The environmental benefits of recycling that material are significant. As it decomposes in landfills, food and other organic waste produces methane, a greenhouse gas 25 times more powerful than carbon dioxide. According to the EPA, landfills are the third-largest source of methane in the United States, behind industry and agriculture. Shipping waste long distances from cities to landfills produces even more greenhouse gas emissions. Composting, meanwhile, takes that waste and turns it into something usable: fertilizer. If cities like New York want to cut emissions, cut waste, and even cut costs, composting is a proven way to go about it.

The good news is that of the 87 million tons of “recovered” waste in the U.S. in 2011 — meaning waste that did not end up in a landfill — organic material accounted for the largest component. But most of that material was paper; food waste accounted for only 1.6 percent of the recovered total versus 14.5 percent of the generated total, the EPA says. The U.S. does a reasonably good job of keeping paper out of landfills thanks to recycling programs, but food almost universally still goes where it shouldn’t.

Food compost bin
Justin Sullivan/Getty Images
Of the 87 million tons of “recovered” waste in the U.S. in 2011, only 1.6 percent was food waste.
New York is trying to change that with its new program. So far, compost collection is being offered in one neighborhood of Staten Island, and city officials say that after only a few months participation rates are above 40 percent. Contamination rates — meaning, the presence of non-compostable material in the compost bin — are at 1 percent or below. In Manhattan, about 100 city schools are also participating, with a goal of spreading to 400 schools by the end of the year. Two high-rise apartment buildings are included as well, with more to follow this fall.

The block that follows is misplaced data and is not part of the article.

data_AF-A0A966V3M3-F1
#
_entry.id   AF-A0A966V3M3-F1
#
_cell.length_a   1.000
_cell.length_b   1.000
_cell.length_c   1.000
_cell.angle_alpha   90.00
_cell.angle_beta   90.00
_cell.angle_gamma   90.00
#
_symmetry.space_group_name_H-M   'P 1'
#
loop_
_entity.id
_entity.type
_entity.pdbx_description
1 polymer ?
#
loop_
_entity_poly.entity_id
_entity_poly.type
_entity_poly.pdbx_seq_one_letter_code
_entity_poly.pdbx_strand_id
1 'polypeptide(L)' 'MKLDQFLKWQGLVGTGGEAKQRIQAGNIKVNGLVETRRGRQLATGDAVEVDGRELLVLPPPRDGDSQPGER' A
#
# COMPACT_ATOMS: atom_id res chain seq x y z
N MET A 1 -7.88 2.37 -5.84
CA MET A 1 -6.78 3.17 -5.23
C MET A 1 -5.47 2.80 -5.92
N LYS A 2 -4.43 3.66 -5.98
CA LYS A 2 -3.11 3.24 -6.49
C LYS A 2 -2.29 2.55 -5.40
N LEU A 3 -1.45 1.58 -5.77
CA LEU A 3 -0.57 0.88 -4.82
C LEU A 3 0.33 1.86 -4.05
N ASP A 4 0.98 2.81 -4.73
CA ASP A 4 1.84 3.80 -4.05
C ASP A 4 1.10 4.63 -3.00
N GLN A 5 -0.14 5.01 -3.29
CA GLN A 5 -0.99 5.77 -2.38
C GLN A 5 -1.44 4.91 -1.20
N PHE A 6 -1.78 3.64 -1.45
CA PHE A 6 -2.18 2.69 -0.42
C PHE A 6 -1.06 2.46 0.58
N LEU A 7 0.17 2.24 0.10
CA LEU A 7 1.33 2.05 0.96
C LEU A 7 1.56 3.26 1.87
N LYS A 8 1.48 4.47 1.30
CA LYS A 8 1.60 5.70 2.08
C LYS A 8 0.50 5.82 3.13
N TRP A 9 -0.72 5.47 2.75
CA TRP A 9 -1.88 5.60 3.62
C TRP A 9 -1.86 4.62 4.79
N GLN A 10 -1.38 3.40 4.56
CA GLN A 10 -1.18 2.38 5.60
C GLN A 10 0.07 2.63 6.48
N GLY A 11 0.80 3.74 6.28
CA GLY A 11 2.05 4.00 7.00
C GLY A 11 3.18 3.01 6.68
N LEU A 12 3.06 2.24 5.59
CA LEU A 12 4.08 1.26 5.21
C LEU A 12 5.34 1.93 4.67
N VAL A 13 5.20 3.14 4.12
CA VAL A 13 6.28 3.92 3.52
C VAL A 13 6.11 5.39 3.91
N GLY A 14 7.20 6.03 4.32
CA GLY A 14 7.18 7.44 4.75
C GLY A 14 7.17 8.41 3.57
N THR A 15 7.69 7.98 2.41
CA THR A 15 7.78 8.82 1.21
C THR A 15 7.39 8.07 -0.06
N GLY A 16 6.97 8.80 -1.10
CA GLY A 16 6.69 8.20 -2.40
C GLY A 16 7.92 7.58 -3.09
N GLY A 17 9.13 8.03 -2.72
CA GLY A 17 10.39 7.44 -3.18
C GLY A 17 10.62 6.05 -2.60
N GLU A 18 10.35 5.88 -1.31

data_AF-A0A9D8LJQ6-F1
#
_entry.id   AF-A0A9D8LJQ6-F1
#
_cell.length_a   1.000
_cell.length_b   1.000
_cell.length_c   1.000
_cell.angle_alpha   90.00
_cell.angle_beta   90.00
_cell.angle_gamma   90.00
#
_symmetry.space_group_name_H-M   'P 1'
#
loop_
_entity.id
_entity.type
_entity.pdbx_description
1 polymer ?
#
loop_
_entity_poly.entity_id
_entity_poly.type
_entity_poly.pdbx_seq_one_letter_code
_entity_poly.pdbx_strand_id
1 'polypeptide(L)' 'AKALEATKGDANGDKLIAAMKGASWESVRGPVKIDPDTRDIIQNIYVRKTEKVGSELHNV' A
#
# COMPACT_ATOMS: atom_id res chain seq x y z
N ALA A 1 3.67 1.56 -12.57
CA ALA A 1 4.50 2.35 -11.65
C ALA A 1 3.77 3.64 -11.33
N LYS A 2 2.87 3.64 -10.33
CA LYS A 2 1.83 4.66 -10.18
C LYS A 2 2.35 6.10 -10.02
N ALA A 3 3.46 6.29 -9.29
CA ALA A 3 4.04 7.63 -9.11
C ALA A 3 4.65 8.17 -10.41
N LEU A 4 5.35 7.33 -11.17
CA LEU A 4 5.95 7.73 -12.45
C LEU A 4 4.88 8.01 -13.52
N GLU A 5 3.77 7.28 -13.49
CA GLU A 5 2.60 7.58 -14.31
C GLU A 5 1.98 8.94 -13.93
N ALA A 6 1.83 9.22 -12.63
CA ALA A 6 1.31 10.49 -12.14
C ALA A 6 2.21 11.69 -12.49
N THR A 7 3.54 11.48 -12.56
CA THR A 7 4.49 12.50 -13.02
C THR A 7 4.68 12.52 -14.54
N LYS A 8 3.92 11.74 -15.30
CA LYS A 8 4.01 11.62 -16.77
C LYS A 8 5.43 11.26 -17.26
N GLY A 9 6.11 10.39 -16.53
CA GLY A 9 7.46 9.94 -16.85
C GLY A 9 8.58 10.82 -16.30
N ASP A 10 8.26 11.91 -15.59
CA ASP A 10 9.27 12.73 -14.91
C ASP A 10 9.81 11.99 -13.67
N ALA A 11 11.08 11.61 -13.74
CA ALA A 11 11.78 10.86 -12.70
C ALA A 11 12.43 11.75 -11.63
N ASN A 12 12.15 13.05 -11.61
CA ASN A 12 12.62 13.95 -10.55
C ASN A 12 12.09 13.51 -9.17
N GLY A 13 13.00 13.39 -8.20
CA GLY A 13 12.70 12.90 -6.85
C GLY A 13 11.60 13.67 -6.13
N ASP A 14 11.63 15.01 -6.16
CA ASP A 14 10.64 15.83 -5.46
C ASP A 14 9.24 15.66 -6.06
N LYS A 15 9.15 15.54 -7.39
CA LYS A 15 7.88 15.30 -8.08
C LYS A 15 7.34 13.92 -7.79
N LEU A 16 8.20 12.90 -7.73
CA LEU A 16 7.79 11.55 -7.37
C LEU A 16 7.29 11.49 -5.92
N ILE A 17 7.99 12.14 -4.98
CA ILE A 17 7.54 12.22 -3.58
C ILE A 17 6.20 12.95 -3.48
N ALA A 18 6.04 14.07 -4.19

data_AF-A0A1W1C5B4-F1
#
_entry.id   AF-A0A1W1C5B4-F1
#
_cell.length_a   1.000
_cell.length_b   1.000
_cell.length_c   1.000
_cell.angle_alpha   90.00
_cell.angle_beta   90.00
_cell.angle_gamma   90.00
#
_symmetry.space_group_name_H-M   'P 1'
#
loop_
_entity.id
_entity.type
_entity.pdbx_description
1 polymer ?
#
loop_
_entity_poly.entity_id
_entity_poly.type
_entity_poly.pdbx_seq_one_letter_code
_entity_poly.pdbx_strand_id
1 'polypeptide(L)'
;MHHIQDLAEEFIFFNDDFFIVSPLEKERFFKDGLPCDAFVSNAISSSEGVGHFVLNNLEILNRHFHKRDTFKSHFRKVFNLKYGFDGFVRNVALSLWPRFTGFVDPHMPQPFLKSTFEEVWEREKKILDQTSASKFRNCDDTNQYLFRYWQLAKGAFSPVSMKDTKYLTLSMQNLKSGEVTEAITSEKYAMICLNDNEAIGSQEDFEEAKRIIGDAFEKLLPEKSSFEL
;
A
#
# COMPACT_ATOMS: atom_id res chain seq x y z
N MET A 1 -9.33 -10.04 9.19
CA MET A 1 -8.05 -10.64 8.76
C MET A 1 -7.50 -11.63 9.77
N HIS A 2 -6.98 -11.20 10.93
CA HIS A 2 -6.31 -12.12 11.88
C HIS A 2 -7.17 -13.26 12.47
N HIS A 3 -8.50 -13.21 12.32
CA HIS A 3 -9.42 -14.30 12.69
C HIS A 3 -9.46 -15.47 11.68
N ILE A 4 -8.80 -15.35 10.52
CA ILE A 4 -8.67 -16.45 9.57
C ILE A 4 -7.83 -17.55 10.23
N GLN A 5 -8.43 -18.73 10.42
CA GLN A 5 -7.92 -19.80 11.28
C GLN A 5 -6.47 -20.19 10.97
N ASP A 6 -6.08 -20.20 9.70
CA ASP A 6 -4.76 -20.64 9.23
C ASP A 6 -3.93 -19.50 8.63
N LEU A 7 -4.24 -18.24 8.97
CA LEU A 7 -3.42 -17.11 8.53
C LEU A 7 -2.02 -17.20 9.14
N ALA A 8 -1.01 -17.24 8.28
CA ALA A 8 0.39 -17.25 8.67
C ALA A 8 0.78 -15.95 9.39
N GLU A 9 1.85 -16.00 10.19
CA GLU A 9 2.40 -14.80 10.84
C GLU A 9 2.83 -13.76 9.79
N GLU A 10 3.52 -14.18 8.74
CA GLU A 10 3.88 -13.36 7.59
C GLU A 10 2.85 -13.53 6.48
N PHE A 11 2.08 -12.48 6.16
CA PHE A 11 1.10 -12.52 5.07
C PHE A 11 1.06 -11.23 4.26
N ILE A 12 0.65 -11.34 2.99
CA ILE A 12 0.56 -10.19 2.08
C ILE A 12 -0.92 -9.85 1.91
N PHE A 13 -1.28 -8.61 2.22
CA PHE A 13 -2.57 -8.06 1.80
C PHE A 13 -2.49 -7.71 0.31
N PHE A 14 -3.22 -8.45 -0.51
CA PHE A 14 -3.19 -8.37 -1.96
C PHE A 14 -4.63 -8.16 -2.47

“We spend over $85 million a year sending food waste to landfills, so there’s a major cost,” said Ron Gonen, New York City’s deputy commissioner for recycling and sustainability, who heads up the composting program. He said so far the program is collecting at a pace on the order of “tens of thousands” of tons per year. “It’s growing every day,” said Gonen. “We’re going to continue to expand, in all five boroughs.” By 2014 the program will cover around 100,000 households.